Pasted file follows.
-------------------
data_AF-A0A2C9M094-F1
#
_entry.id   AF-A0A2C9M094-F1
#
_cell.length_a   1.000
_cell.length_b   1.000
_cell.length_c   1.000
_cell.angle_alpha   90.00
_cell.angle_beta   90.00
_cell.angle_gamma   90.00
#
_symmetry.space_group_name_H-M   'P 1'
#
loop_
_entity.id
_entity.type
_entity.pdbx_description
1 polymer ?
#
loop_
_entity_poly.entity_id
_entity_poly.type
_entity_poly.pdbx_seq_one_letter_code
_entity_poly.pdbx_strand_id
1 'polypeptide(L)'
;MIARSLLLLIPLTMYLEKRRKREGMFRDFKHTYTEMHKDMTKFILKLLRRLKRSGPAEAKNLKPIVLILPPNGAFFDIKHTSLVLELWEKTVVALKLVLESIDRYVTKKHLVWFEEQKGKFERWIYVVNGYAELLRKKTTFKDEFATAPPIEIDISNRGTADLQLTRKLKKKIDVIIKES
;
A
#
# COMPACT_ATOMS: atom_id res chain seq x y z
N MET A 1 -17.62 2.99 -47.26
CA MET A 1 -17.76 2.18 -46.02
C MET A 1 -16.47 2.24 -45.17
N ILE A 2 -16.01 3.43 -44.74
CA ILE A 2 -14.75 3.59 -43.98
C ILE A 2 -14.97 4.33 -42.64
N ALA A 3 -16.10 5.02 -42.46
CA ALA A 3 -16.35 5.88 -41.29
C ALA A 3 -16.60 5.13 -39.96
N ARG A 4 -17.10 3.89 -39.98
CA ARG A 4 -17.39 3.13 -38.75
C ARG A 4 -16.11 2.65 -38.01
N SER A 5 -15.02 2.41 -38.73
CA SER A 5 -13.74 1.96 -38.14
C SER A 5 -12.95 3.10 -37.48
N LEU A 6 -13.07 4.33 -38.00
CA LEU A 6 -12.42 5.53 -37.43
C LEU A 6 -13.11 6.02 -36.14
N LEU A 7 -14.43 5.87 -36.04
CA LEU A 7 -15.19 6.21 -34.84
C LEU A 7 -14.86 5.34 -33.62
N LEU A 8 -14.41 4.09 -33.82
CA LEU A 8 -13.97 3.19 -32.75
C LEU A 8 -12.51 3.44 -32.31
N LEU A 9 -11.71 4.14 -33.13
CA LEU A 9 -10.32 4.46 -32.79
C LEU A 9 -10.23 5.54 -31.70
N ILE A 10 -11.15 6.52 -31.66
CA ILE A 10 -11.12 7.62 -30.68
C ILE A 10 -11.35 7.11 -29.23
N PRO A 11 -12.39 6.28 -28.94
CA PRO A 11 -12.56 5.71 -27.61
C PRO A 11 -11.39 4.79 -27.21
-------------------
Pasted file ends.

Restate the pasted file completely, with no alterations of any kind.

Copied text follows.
data_AF-A0A2C9M094-F1
#
_entry.id   AF-A0A2C9M094-F1
#
_cell.length_a   1.000
_cell.length_b   1.000
_cell.length_c   1.000
_cell.angle_alpha   90.00
_cell.angle_beta   90.00
_cell.angle_gamma   90.00
#
_symmetry.space_group_name_H-M   'P 1'
#
loop_
_entity.id
_entity.type
_entity.pdbx_description
1 polymer ?
#
loop_
_entity_poly.entity_id
_entity_poly.type
_entity_poly.pdbx_seq_one_letter_code
_entity_poly.pdbx_strand_id
1 'polypeptide(L)'
;MIARSLLLLIPLTMYLEKRRKREGMFRDFKHTYTEMHKDMTKFILKLLRRLKRSGPAEAKNLKPIVLILPPNGAFFDIKHTSLVLELWEKTVVALKLVLESIDRYVTKKHLVWFEEQKGKFERWIYVVNGYAELLRKKTTFKDEFATAPPIEIDISNRGTADLQLTRKLKKKIDVIIKES
;
A
#
# COMPACT_ATOMS: atom_id res chain seq x y z
N MET A 1 -17.62 2.99 -47.26
CA MET A 1 -17.76 2.18 -46.02
C MET A 1 -16.47 2.24 -45.17
N ILE A 2 -16.01 3.43 -44.74
CA ILE A 2 -14.75 3.59 -43.98
C ILE A 2 -14.97 4.33 -42.64
N ALA A 3 -16.10 5.02 -42.46
CA ALA A 3 -16.35 5.88 -41.29
C ALA A 3 -16.60 5.13 -39.96
N ARG A 4 -17.10 3.89 -39.98
CA ARG A 4 -17.39 3.13 -38.75
C ARG A 4 -16.11 2.65 -38.01
N SER A 5 -15.02 2.41 -38.73
CA SER A 5 -13.74 1.96 -38.14
C SER A 5 -12.95 3.10 -37.48
N LEU A 6 -13.07 4.33 -38.00
CA LEU A 6 -12.42 5.53 -37.43
C LEU A 6 -13.11 6.02 -36.14
N LEU A 7 -14.43 5.87 -36.04
CA LEU A 7 -15.19 6.21 -34.84
C LEU A 7 -14.86 5.34 -33.62
N LEU A 8 -14.41 4.09 -33.82
CA LEU A 8 -13.97 3.19 -32.75
C LEU A 8 -12.51 3.44 -32.31
N LEU A 9 -11.71 4.14 -33.13
CA LEU A 9 -10.32 4.46 -32.79
C LEU A 9 -10.23 5.54 -31.70
N ILE A 10 -11.15 6.52 -31.66
CA ILE A 10 -11.12 7.62 -30.68
C ILE A 10 -11.35 7.11 -29.23
N PRO A 11 -12.39 6.28 -28.94
CA PRO A 11 -12.56 5.71 -27.61
C PRO A 11 -11.39 4.79 -27.21